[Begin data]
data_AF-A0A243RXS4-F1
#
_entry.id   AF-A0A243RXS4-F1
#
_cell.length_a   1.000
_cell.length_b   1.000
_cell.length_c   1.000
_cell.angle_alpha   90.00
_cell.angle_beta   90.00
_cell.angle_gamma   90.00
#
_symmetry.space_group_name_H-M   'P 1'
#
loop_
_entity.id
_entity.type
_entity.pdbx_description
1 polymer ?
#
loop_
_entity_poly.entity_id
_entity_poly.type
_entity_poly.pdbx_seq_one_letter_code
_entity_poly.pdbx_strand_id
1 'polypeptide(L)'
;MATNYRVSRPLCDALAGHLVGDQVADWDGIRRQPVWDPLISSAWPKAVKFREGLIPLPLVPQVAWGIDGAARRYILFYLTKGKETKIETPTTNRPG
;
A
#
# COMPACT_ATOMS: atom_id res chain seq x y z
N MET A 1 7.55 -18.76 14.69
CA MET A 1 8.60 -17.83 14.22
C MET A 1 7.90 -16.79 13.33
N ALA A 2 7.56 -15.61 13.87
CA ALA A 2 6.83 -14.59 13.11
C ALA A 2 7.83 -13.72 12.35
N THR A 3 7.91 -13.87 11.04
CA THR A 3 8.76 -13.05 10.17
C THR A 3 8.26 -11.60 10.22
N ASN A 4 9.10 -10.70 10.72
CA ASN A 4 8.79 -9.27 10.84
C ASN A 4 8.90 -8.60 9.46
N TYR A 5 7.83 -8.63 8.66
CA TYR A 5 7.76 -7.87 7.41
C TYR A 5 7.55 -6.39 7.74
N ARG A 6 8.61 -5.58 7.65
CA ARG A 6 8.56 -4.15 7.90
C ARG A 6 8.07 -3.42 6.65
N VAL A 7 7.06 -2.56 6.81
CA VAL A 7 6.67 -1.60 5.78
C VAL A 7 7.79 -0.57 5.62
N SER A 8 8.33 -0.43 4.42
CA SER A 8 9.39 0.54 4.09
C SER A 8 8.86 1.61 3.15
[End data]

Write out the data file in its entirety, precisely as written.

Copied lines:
data_AF-A0A243RXS4-F1
#
_entry.id   AF-A0A243RXS4-F1
#
_cell.length_a   1.000
_cell.length_b   1.000
_cell.length_c   1.000
_cell.angle_alpha   90.00
_cell.angle_beta   90.00
_cell.angle_gamma   90.00
#
_symmetry.space_group_name_H-M   'P 1'
#
loop_
_entity.id
_entity.type
_entity.pdbx_description
1 polymer ?
#
loop_
_entity_poly.entity_id
_entity_poly.type
_entity_poly.pdbx_seq_one_letter_code
_entity_poly.pdbx_strand_id
1 'polypeptide(L)'
;MATNYRVSRPLCDALAGHLVGDQVADWDGIRRQPVWDPLISSAWPKAVKFREGLIPLPLVPQVAWGIDGAARRYILFYLTKGKETKIETPTTNRPG
;
A
#
# COMPACT_ATOMS: atom_id res chain seq x y z
N MET A 1 7.55 -18.76 14.69
CA MET A 1 8.60 -17.83 14.22
C MET A 1 7.90 -16.79 13.33
N ALA A 2 7.56 -15.61 13.87
CA ALA A 2 6.83 -14.59 13.11
C ALA A 2 7.83 -13.72 12.35
N THR A 3 7.91 -13.87 11.04
CA THR A 3 8.76 -13.05 10.17
C THR A 3 8.26 -11.60 10.22
N ASN A 4 9.10 -10.70 10.72
CA ASN A 4 8.79 -9.27 10.84
C ASN A 4 8.90 -8.60 9.46
N TYR A 5 7.83 -8.63 8.66
CA TYR A 5 7.76 -7.87 7.41
C TYR A 5 7.55 -6.39 7.74
N ARG A 6 8.61 -5.58 7.65
CA ARG A 6 8.56 -4.15 7.90
C ARG A 6 8.07 -3.42 6.65
N VAL A 7 7.06 -2.56 6.81
CA VAL A 7 6.67 -1.60 5.78
C VAL A 7 7.79 -0.57 5.62
N SER A 8 8.33 -0.43 4.42
CA SER A 8 9.39 0.54 4.09
C SER A 8 8.86 1.61 3.15